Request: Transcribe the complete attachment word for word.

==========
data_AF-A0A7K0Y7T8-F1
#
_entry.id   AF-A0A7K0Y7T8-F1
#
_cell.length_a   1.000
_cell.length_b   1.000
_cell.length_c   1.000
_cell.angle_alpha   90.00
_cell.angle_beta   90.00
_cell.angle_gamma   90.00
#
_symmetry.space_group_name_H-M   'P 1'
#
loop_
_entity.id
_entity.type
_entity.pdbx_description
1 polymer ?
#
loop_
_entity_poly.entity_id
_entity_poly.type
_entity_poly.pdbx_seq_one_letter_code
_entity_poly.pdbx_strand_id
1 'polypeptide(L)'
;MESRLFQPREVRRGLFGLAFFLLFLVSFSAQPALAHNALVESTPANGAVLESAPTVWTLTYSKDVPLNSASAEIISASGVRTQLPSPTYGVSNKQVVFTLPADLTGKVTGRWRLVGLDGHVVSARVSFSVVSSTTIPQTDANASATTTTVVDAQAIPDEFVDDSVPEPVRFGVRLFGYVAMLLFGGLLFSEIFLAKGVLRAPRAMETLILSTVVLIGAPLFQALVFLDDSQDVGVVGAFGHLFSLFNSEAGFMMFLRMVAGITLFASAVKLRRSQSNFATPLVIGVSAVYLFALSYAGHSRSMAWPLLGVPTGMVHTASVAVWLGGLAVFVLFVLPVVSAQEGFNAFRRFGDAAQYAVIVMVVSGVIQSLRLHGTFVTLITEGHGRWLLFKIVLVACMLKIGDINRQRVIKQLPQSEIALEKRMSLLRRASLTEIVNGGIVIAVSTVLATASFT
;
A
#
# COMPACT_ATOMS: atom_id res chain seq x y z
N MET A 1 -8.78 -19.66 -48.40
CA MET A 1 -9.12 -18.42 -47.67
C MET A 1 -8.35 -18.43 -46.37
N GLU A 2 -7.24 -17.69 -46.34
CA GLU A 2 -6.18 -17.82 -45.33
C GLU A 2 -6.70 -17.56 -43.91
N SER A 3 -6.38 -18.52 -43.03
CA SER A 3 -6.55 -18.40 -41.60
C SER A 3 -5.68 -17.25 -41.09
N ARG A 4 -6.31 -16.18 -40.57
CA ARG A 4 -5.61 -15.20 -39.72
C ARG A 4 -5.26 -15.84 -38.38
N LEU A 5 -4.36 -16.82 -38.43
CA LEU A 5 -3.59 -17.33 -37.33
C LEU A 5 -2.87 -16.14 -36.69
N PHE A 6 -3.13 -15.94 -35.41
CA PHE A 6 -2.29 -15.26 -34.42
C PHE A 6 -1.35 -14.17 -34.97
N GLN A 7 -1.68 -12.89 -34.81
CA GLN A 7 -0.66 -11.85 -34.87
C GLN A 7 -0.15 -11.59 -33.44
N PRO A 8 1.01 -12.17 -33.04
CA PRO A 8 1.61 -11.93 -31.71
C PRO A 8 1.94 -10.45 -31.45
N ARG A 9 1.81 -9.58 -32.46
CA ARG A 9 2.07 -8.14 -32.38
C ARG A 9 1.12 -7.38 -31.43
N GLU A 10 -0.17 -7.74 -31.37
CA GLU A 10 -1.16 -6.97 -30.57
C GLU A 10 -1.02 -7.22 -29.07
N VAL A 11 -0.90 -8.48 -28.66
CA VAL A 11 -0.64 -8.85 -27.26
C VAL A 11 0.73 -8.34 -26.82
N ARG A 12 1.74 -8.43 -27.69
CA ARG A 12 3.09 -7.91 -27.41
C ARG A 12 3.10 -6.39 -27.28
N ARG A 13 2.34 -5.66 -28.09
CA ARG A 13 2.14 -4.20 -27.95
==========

data_AF-A0A7K0Y7T8-F1
#
_entry.id   AF-A0A7K0Y7T8-F1
#
_cell.length_a   1.000
_cell.length_b   1.000
_cell.length_c   1.000
_cell.angle_alpha   90.00
_cell.angle_beta   90.00
_cell.angle_gamma   90.00
#
_symmetry.space_group_name_H-M   'P 1'
#
loop_
_entity.id
_entity.type
_entity.pdbx_description
1 polymer ?
#
loop_
_entity_poly.entity_id
_entity_poly.type
_entity_poly.pdbx_seq_one_letter_code
_entity_poly.pdbx_strand_id
1 'polypeptide(L)'
;MESRLFQPREVRRGLFGLAFFLLFLVSFSAQPALAHNALVESTPANGAVLESAPTVWTLTYSKDVPLNSASAEIISASGVRTQLPSPTYGVSNKQVVFTLPADLTGKVTGRWRLVGLDGHVVSARVSFSVVSSTTIPQTDANASATTTTVVDAQAIPDEFVDDSVPEPVRFGVRLFGYVAMLLFGGLLFSEIFLAKGVLRAPRAMETLILSTVVLIGAPLFQALVFLDDSQDVGVVGAFGHLFSLFNSEAGFMMFLRMVAGITLFASAVKLRRSQSNFATPLVIGVSAVYLFALSYAGHSRSMAWPLLGVPTGMVHTASVAVWLGGLAVFVLFVLPVVSAQEGFNAFRRFGDAAQYAVIVMVVSGVIQSLRLHGTFVTLITEGHGRWLLFKIVLVACMLKIGDINRQRVIKQLPQSEIALEKRMSLLRRASLTEIVNGGIVIAVSTVLATASFT
;
A
#
# COMPACT_ATOMS: atom_id res chain seq x y z
N MET A 1 -8.78 -19.66 -48.40
CA MET A 1 -9.12 -18.42 -47.67
C MET A 1 -8.35 -18.43 -46.37
N GLU A 2 -7.24 -17.69 -46.34
CA GLU A 2 -6.18 -17.82 -45.33
C GLU A 2 -6.70 -17.56 -43.91
N SER A 3 -6.38 -18.52 -43.03
CA SER A 3 -6.55 -18.40 -41.60
C SER A 3 -5.68 -17.25 -41.09
N ARG A 4 -6.31 -16.18 -40.57
CA ARG A 4 -5.61 -15.20 -39.72
C ARG A 4 -5.26 -15.84 -38.38
N LEU A 5 -4.36 -16.82 -38.43
CA LEU A 5 -3.59 -17.33 -37.33
C LEU A 5 -2.87 -16.14 -36.69
N PHE A 6 -3.13 -15.94 -35.41
CA PHE A 6 -2.29 -15.26 -34.42
C PHE A 6 -1.35 -14.17 -34.97
N GLN A 7 -1.68 -12.89 -34.81
CA GLN A 7 -0.66 -11.85 -34.87
C GLN A 7 -0.15 -11.59 -33.44
N PRO A 8 1.01 -12.17 -33.04
CA PRO A 8 1.61 -11.93 -31.71
C PRO A 8 1.94 -10.45 -31.45
N ARG A 9 1.81 -9.58 -32.46
CA ARG A 9 2.07 -8.14 -32.38
C ARG A 9 1.12 -7.38 -31.43
N GLU A 10 -0.17 -7.74 -31.37
CA GLU A 10 -1.16 -6.97 -30.57
C GLU A 10 -1.02 -7.22 -29.07
N VAL A 11 -0.90 -8.48 -28.66
CA VAL A 11 -0.64 -8.85 -27.26
C VAL A 11 0.73 -8.34 -26.82
N ARG A 12 1.74 -8.43 -27.69
CA ARG A 12 3.09 -7.91 -27.41
C ARG A 12 3.10 -6.39 -27.28
N ARG A 13 2.34 -5.66 -28.09
CA ARG A 13 2.14 -4.20 -27.95